Institutional Investors. These are the big wigs as far as investors go. They invest money for themselves, for other institutions (e.g. endowments, pension funds, etc.), and typically have billions of dollars at their disposal. This enables them to buy a majority stake in any S&P 500 company, and if they feel like having a chat with the CEO, or commanding a seat on the Board, both are just a quick phone call away.
How are individual investors supposed compete with these guys? Such a matchup must be akin to my high school football team taking on the Green Bay Packers at storied Lambeau Field.
Actually, no. As individual investors, time is on our side. Managers of big institutional money are often hired or fired based on short term performance. If fund performance lags for a quarter, assets could leave in a billions-of-dollars-overnight kind of way. This means there’s little opportunity to go hunting for deep discount investments in out-of-favor companies that could outperform in the next market cycle. All their investments need to perform, right now, or they’re getting cut.
Also leveling the playing field; detailed financial data is more accessible than ever before. Individuals can now dial into quarterly investor calls and access real-time data online in just a few seconds. For a few thousand dollars a month, anyone can order their own Bloomberg computer terminal – identical to the ones institutional investors use. Individuals who go this route see the same company data at the same time the institutions do.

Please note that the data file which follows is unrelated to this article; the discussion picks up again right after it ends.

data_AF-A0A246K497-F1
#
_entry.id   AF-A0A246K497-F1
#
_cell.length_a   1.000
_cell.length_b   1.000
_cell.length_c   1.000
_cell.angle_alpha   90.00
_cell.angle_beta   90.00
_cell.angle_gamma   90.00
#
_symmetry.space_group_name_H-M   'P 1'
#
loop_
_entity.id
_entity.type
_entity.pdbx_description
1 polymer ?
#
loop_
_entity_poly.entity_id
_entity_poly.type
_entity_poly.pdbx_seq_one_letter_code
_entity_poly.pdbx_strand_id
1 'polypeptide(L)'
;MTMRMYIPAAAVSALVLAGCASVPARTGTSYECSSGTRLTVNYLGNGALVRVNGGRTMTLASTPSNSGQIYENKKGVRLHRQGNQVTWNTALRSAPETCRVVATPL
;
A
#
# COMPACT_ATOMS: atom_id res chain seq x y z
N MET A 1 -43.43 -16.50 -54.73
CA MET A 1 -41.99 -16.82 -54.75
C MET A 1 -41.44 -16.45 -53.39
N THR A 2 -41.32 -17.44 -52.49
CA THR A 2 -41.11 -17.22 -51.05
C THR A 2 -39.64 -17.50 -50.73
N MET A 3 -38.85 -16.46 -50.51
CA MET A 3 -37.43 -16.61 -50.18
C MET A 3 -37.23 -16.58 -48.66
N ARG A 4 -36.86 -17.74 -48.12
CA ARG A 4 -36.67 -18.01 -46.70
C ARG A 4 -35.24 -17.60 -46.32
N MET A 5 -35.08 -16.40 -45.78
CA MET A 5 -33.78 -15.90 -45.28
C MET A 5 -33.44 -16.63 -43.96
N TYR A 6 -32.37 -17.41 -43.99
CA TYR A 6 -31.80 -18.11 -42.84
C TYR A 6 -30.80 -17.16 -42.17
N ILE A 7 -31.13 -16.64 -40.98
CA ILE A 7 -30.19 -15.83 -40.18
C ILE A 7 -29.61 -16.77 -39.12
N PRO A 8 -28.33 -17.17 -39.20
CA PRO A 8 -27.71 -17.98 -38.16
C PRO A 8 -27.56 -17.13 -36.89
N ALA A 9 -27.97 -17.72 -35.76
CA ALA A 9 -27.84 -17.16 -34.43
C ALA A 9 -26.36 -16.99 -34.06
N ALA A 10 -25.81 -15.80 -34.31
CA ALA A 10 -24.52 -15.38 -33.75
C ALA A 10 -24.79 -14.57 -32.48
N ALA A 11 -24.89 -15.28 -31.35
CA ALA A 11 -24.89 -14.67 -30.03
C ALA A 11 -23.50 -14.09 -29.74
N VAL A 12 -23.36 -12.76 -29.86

Investing enormous sums of money comes with unique challenges. Institutions have to contend with rules and disclosure requirements concerning how much of a company they own. Additionally, institutions are often buying so many shares at a time, they can actually drive the share price up on themselves. That means building or unwinding an investment can take them days or weeks, not seconds. Moreover, it’s difficult to invest in anything but larger businesses, as only larger companies have sufficient market capitalization to absorb an institution’s equally large investment.
So, don’t think just because you’re an individual the cards are stacked against you. Being an institutional investor comes with some perks, but also challenges that individual investors don’t have. In fact, there’s a good deal more on your side than you may realize.